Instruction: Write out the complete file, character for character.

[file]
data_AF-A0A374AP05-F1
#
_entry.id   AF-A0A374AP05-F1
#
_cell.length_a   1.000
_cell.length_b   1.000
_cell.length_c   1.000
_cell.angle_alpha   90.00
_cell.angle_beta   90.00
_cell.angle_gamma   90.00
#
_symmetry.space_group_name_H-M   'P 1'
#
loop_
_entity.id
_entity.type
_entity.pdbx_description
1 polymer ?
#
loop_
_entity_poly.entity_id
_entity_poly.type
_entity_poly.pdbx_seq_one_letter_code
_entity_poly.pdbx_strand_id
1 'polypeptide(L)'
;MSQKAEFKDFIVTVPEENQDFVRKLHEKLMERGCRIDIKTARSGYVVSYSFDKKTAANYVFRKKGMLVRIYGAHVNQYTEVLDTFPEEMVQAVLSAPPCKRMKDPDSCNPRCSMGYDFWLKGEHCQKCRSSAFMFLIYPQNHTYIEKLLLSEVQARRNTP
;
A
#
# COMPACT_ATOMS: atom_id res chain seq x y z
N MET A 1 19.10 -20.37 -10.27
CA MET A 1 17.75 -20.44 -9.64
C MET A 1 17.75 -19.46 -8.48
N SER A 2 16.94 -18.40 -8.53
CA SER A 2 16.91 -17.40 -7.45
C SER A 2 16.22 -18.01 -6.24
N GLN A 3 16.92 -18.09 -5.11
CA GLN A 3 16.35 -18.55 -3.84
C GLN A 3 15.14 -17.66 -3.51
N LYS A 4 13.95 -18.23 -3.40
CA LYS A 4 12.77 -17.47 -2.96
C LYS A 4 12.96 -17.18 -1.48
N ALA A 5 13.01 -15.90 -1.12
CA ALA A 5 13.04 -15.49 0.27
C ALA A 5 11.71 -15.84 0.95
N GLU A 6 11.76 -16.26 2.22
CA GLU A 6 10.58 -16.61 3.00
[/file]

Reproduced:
data_AF-A0A374AP05-F1
#
_entry.id   AF-A0A374AP05-F1
#
_cell.length_a   1.000
_cell.length_b   1.000
_cell.length_c   1.000
_cell.angle_alpha   90.00
_cell.angle_beta   90.00
_cell.angle_gamma   90.00
#
_symmetry.space_group_name_H-M   'P 1'
#
loop_
_entity.id
_entity.type
_entity.pdbx_description
1 polymer ?
#
loop_
_entity_poly.entity_id
_entity_poly.type
_entity_poly.pdbx_seq_one_letter_code
_entity_poly.pdbx_strand_id
1 'polypeptide(L)'
;MSQKAEFKDFIVTVPEENQDFVRKLHEKLMERGCRIDIKTARSGYVVSYSFDKKTAANYVFRKKGMLVRIYGAHVNQYTEVLDTFPEEMVQAVLSAPPCKRMKDPDSCNPRCSMGYDFWLKGEHCQKCRSSAFMFLIYPQNHTYIEKLLLSEVQARRNTP
;
A
#
# COMPACT_ATOMS: atom_id res chain seq x y z
N MET A 1 19.10 -20.37 -10.27
CA MET A 1 17.75 -20.44 -9.64
C MET A 1 17.75 -19.46 -8.48
N SER A 2 16.94 -18.40 -8.53
CA SER A 2 16.91 -17.40 -7.45
C SER A 2 16.22 -18.01 -6.24
N GLN A 3 16.92 -18.09 -5.11
CA GLN A 3 16.35 -18.55 -3.84
C GLN A 3 15.14 -17.66 -3.51
N LYS A 4 13.95 -18.23 -3.40
CA LYS A 4 12.77 -17.47 -2.96
C LYS A 4 12.96 -17.18 -1.48
N ALA A 5 13.01 -15.90 -1.12
CA ALA A 5 13.04 -15.49 0.27
C ALA A 5 11.71 -15.84 0.95
N GLU A 6 11.76 -16.26 2.22
CA GLU A 6 10.58 -16.61 3.00